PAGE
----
Mum and I had already explored a fair chunk of Tuscany before we arrived in Siena. We’d spent four nights in the iconic Tuscan capital of Florence, and taken day trips out to the photogenic hill town of San Gimignano and the charming walled city of Lucca.
But I knew almost as soon as we arrived into Siena that Italy’s best-loved region still had something a little bit special left to show us.
It began at the moment we checked into Hotel Alma Domus and the owner informed us that the view from our room was,
“one of the best in the city.”
We didn’t actually believe him until we opened the shutters to our balcony and gazed out across the valley to Siena’s crowning glory: its Duomo (cathedral).
With a little sunshine and some blue skies, it would have been absolutely perfect.
Woodsmoke rose from the chimneys of the terracotta-tiled rooftops, and below us was a tangled web of tall buildings, narrow streets, and stepped alleyways that was begging to be explored.
Photo by Denis Korablev via Flickr
What I hadn’t realised when I factored a two-night stay here into our 7-night Tuscany itinerary was just how hilly Siena is. Don’t get me wrong, I love hills. I love climbing them, I love the views from the top of them, and a city that’s built over a series of hills? Well that’s just my idea of urban adventure heaven.
However my mum is not such a fan. She loves the beauty of hills but she’s not so keen on (or physically capable of) navigating her way around a city that’s full of them.
Fortunately, because our hotel was located towards the top of the city (hence the great views), we didn’t have to climb any of these hills in order to get to and from the bus station with our luggage in tow. And the route to both Siena’s Duomo and its Piazza del Campo (the two major sights to be found here) didn’t involve too much of a strenuous workout either.
In fact, the hotel was pretty damn near perfect in every way. The location couldn’t have been better, the views were incredible, the £50 per night room price included an enormous buffet breakfast every morning, our room was comfortable and cosy, the wifi worked in our room, and there was an amazing Italian restaurant literally across the road (we loved it so much we ate there twice!).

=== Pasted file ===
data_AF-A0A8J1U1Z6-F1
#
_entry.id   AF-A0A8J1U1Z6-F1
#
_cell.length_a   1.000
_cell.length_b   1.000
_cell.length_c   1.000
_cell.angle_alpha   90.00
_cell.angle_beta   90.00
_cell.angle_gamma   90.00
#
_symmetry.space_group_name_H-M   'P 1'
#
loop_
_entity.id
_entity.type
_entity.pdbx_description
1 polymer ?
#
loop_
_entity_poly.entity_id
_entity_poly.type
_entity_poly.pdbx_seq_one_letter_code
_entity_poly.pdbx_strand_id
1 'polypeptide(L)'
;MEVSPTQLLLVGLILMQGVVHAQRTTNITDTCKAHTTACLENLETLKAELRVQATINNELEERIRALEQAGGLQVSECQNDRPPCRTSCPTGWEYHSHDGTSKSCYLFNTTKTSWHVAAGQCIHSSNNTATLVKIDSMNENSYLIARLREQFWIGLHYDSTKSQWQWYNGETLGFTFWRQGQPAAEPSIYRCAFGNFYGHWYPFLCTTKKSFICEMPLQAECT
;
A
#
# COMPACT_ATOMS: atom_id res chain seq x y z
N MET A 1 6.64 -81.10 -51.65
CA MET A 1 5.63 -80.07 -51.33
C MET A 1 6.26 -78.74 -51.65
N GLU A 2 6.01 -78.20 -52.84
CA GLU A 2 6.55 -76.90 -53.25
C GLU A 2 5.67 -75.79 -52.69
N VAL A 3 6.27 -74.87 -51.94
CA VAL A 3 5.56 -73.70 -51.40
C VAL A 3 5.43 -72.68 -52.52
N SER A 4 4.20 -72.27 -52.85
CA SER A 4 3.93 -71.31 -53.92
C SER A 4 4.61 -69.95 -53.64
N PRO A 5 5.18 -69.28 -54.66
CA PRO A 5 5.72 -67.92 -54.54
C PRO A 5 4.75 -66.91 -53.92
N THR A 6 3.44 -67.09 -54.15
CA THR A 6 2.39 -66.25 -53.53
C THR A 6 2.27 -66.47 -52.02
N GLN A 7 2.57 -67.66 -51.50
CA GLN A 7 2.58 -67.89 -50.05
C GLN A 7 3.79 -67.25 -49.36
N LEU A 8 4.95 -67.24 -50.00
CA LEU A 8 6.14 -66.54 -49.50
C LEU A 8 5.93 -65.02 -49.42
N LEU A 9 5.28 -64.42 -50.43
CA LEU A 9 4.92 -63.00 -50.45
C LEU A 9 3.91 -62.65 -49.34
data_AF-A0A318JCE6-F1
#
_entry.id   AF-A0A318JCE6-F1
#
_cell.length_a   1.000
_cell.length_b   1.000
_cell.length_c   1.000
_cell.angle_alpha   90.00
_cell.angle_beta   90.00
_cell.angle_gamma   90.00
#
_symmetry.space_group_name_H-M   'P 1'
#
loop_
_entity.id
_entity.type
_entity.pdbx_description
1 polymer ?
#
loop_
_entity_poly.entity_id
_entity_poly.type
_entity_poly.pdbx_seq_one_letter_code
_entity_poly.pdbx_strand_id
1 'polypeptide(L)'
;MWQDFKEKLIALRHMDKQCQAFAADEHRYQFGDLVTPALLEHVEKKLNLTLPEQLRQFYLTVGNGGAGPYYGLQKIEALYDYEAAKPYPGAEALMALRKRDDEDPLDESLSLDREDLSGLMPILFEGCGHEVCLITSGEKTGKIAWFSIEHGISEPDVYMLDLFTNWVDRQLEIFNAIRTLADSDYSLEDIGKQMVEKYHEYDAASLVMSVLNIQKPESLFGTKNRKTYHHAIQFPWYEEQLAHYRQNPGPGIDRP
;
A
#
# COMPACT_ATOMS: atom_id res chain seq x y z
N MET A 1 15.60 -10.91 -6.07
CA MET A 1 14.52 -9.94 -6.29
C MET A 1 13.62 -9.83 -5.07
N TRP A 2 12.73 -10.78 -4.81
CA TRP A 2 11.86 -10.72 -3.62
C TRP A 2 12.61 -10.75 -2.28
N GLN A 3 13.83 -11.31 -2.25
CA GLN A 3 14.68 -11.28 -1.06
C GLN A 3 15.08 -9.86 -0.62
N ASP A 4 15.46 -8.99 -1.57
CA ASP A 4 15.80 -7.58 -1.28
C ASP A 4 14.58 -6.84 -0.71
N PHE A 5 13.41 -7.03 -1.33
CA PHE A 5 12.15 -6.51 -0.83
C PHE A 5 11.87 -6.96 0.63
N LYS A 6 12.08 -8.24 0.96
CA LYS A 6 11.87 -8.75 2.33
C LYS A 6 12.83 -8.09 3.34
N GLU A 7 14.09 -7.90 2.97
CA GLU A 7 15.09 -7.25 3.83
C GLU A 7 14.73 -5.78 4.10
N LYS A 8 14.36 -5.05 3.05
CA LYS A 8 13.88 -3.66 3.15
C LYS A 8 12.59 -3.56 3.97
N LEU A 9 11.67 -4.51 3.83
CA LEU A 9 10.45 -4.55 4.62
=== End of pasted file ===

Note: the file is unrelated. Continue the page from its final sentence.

What’s more, the building itself is actually part of the ancient compound containing the Sanctuario di Santa Caterina (Sanctuary of Saint Catherine), which is owned by the church, and is apparently still home to several Dominican nuns. Yes, to top it all off, we were sleeping in an old convent! How’s that for authenticity?
Photo by Hotel Alma Domus Siena via Flickr
And no, my stay was not in any way sponsored; I paid full price for the room and would happily do so again.
Fortunately mum loved both the hotel and Siena as much as I did, and we enjoyed a lovely couple of days in the city.
Siena is built on a far less daunting scale than Florence, so it’s really easy to explore the best of it in just a day (although I guarantee you’ll want to stay longer), and you’ll find a whole ensemble of beautiful Gothic architecture (built between the 12th and the 15th centuries) inside the city walls. This is one of the major reasons that the whole of the city’s historic centre was declared a World Heritage Site by UNESCO in 1995.
When you first arrive in Siena, the best thing to do is head down to Siena’s main square, the Piazza del Campo. This is both the physical and spiritual heart of the old city and is where all streets branch out from.
Arguably one of Italy’s loveliest squares, and unique in its sloping shell-shaped design, Il Campo provides the setting for the famous Palio bareback horse race, which takes place twice a year on the 2nd of July and the 16th of August.
Its centrepiece is the Palazzo Comunale, a 13th century Gothic building that boasts the tallest tower in all of Tuscany. Torre del Mangia (pronounced “Manja”) stands 102 metres above Siena’s Piazza del Campo and – even on a cloudy day – the views from the top are incredible.
And if you’re wondering where the rather odd name (“Mangia” means “eater”– therefore “Torre del Mangia” translates as “Tower of the Eater”) comes from then I’ll explain. The first person hired to ring the tower’s bells was a gentleman called Giovanni di Balduccio, who earned himself the nickname of Mangiaguadagni – meaning “profit eater” – due to his tendency to squander his earnings on the pleasure of food. I guess “Torre del Mangiaguadagni” would have been a bit of a mouthful, so somewhere in the distance of time the name got shortened to Mangia.
The tower was built to be exactly the same height as Siena’s Duomo (which you can capture a fantastic photograph of from the top) as a sign that the church and the state had equal amounts of power.
Continue your explorations of Siena by heading to its iconic Romanesque-Gothic Cathedral. Built between 1215 and 1263, its exterior – like many of Florence’s masterpieces – is constructed of white and greenish-black marble in alternating stripes. Over the years many of Italy’s great artists (including Michelangelo and Donatello) have contributed to its construction and design.